UK blue chip stocks were hit by another volatile session today as the eurozone crisis continued to overshadow trading.
The FTSE 100 Index traded below 5000 at one stage, but later staged a late session fight-back to close just 10.2 points lower at 5062.9.
Concerns lingered over Europe despite news that Germany approved its share of the 750 billion euro (£654 billion) bail-out.
Market woes were compounded by heavy falls amid banking stocks after US senators voted for a crackdown on Wall Street.
However, steadier trading in America helped pull the FTSE 100 out of its tailspin with the Dow Jones Industrial Average in the US up around 1% soon after opening.
It has been a turbulent week for global stock markets since Germany's surprise move on Tuesday to ban speculators from betting against the eurozone.
London's benchmark share index has lost more than 10% in little more than a month after reaching a 22-month high in April.
This week alone, the market has lost around more than 200 points in just three sessions.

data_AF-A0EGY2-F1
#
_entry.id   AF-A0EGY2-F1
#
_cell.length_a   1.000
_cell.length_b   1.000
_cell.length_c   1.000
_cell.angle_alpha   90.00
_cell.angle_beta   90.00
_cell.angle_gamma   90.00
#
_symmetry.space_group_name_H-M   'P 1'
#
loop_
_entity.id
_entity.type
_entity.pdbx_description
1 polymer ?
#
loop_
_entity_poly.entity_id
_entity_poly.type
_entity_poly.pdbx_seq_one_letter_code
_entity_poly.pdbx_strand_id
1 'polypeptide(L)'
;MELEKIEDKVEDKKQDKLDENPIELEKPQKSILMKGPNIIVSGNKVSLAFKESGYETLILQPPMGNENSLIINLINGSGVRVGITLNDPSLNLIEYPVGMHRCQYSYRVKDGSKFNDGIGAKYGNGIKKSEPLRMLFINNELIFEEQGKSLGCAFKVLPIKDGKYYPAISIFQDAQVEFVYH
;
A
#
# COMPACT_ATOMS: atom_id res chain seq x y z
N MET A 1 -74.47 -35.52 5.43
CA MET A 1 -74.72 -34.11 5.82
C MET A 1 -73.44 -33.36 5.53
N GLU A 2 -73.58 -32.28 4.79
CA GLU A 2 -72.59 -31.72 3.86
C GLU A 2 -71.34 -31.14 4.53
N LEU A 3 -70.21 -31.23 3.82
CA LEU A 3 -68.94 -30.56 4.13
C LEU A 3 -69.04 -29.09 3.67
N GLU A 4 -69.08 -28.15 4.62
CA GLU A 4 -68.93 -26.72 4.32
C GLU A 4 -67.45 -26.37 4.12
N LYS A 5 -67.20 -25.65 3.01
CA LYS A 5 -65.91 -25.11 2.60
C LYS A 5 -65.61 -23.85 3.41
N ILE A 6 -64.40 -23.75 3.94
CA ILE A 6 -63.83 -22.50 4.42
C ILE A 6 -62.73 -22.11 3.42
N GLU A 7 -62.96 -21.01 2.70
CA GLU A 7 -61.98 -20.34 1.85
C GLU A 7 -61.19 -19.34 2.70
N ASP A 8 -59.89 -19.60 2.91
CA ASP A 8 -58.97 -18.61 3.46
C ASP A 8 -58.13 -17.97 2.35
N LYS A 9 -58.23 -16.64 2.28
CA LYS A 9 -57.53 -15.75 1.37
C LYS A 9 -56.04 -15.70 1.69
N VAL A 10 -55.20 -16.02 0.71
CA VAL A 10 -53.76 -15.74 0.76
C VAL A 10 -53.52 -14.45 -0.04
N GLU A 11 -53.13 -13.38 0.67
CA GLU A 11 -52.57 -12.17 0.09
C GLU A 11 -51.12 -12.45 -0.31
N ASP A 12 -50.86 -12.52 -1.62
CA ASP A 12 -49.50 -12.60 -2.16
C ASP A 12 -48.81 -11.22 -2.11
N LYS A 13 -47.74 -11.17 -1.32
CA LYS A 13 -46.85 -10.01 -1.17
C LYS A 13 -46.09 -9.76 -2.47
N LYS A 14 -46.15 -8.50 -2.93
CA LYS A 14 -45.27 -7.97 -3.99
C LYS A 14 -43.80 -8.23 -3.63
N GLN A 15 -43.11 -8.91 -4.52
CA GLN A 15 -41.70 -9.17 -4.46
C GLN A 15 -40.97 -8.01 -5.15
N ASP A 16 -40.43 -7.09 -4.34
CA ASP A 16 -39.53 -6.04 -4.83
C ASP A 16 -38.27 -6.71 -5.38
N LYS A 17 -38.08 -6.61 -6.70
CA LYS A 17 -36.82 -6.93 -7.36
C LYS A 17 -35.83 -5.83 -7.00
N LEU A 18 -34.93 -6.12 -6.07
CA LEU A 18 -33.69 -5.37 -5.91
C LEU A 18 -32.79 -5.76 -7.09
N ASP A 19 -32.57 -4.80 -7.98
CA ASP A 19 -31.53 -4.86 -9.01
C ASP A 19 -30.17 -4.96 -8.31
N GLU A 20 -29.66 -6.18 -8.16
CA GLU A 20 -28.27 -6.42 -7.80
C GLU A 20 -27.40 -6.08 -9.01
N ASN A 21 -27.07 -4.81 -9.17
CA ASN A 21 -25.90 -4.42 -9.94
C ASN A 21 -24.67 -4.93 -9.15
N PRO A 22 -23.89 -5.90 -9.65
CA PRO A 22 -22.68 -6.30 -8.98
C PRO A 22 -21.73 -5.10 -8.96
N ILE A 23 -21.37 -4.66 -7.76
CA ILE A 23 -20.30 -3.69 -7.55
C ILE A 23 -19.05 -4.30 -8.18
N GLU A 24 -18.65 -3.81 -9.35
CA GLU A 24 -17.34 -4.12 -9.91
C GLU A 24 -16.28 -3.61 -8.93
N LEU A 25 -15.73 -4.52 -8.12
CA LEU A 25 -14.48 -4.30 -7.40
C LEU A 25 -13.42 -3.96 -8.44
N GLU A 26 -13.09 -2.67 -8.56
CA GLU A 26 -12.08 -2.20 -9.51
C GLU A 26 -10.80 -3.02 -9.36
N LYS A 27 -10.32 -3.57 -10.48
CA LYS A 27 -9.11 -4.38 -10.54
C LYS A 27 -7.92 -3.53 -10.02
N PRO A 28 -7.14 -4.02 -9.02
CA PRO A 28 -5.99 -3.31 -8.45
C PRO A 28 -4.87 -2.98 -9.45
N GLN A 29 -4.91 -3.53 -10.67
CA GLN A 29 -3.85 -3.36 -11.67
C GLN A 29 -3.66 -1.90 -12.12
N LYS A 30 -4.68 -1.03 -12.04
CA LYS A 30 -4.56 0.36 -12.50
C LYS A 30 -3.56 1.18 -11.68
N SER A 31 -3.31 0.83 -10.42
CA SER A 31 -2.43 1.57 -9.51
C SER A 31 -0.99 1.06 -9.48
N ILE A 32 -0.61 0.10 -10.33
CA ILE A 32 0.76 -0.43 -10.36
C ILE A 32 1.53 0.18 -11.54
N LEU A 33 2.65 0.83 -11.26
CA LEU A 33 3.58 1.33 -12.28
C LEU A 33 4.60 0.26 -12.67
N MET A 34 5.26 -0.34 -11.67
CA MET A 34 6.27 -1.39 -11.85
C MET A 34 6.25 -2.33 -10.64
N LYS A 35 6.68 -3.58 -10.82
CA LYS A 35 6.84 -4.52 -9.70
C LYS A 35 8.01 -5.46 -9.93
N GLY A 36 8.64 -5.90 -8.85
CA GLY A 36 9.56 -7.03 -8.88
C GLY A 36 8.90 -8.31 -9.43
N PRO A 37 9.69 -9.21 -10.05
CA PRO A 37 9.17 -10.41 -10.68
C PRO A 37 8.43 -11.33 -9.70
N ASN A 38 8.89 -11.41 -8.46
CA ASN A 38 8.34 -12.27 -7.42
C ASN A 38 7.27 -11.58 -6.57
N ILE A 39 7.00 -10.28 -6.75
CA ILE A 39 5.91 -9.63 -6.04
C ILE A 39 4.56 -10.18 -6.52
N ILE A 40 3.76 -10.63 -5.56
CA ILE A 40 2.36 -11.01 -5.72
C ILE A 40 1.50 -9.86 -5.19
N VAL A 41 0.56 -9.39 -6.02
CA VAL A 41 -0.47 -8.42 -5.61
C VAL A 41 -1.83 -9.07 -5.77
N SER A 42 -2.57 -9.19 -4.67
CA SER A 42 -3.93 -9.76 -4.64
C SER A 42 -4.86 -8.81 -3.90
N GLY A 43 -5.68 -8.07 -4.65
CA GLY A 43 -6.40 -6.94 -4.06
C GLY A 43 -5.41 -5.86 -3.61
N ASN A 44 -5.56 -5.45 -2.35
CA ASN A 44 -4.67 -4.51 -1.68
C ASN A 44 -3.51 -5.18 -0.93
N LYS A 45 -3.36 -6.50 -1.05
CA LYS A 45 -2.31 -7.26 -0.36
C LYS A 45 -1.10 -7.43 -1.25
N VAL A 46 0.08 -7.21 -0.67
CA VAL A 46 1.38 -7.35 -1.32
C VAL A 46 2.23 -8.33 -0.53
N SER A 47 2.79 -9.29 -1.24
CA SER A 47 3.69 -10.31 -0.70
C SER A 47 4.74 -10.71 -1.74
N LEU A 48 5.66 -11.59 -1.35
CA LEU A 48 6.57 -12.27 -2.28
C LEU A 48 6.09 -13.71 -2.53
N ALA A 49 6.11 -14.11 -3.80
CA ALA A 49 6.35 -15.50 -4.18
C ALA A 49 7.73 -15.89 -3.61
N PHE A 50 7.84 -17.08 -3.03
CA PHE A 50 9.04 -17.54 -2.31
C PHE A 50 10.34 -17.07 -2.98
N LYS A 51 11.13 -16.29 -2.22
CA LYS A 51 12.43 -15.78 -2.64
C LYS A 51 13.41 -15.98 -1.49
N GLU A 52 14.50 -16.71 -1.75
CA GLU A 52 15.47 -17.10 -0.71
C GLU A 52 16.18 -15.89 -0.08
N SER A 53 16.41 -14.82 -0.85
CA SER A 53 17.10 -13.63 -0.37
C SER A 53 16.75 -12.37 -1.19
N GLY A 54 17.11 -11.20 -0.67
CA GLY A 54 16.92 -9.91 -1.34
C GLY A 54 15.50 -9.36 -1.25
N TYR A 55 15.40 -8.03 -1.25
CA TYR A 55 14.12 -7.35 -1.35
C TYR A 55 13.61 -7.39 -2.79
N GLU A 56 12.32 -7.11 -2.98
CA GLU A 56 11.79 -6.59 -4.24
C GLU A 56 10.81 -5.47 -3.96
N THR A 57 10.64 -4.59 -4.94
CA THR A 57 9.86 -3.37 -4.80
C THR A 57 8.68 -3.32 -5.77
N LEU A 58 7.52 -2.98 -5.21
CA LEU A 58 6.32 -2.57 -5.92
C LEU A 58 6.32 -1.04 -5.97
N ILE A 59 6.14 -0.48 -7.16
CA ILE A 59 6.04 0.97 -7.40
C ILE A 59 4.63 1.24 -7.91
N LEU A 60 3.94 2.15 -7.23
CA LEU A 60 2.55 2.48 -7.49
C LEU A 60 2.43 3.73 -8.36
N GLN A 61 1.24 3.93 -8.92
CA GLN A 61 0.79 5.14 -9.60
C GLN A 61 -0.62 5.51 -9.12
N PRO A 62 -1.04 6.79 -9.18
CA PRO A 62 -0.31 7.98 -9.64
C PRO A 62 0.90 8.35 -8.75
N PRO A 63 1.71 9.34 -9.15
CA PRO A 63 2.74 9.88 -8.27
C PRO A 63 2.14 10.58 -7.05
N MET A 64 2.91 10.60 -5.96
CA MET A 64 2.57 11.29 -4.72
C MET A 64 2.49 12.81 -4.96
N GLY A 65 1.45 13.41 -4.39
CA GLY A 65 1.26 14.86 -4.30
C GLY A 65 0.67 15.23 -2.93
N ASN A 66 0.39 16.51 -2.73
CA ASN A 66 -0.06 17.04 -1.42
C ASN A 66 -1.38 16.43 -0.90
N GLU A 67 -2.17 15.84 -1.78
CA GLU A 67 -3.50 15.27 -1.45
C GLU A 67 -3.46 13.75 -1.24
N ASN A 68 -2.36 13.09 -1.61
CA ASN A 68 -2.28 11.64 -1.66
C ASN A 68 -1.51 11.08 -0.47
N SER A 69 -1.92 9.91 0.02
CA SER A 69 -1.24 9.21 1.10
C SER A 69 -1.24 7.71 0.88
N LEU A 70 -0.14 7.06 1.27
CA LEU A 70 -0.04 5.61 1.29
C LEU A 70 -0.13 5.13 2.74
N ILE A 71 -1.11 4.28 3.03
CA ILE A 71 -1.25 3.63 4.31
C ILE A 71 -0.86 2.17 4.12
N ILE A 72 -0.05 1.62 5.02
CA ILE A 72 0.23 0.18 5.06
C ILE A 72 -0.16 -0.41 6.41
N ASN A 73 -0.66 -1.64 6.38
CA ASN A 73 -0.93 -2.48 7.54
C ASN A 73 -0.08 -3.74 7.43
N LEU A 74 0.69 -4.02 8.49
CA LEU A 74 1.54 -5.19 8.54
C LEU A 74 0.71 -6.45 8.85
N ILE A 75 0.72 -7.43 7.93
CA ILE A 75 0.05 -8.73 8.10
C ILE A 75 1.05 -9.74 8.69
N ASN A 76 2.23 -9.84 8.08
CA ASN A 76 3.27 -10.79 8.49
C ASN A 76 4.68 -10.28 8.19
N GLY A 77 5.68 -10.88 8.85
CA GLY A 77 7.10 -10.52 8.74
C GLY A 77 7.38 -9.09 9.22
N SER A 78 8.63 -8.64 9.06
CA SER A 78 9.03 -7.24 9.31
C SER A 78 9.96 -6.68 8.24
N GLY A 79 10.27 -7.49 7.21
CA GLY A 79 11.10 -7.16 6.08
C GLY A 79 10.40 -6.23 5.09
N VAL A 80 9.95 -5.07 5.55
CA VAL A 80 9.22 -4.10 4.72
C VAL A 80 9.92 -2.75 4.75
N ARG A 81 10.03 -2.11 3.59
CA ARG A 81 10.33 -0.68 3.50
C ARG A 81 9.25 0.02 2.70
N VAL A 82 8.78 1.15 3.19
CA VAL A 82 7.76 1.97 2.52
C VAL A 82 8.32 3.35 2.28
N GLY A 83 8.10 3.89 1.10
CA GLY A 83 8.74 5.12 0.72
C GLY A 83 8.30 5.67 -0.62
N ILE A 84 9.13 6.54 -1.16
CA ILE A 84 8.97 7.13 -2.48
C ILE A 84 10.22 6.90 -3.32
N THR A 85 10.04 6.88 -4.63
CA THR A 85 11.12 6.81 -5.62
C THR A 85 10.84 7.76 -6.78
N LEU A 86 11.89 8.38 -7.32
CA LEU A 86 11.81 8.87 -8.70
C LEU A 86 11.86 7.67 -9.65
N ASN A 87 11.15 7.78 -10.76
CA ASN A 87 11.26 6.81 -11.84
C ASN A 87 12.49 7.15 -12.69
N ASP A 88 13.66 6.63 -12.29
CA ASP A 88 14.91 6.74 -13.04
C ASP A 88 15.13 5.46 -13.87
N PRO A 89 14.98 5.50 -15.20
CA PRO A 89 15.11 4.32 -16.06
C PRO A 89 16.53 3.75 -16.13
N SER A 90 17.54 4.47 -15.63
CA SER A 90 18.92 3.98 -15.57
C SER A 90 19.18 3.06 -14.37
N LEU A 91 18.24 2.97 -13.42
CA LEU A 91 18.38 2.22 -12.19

City Index analyst Joshua Raymond said: "There are two key issues that investors have become increasingly sensitive about - how wider EU sovereign debt could impact economic growth for several years and the potential for stricter financial regulation.
"It is these two key issues that have taken even more of a knock in confidence this week and have had investors running for the hills."
Heavyweight banking stocks - including part-nationalised Royal Bank of Scotland and Lloyds Banking Group - were among the biggest early session casualties in London, although they later regained their poise.
A raft of other major blue-chips such as beleaguered oil giant BP remained deep in the red as investor nerves were frayed.
Crude oil is now trading below 70 dollars a barrel from highs above 87 dollars at the beginning of May amid concerns that Europe's financial crisis may stifle a global economic recovery and depress demand.
Although German politicians passed a bail-out for the eurozone today to stave off a sovereign debt default, concerns remain that deep spending cuts in Greece, Spain, Italy and Portugal to tackle deficits will cripple growth.
Anthony Grech, head of research at IG Index, warned that volatility may stalk markets for some time.
He said: "The last time the UK stock market was down at these levels, the market saw real value in stocks and the recovery continued."
He added: "This time we have a completely different economic backdrop and it would be naive to think we have seen the back of the volatility - in the short term at least."
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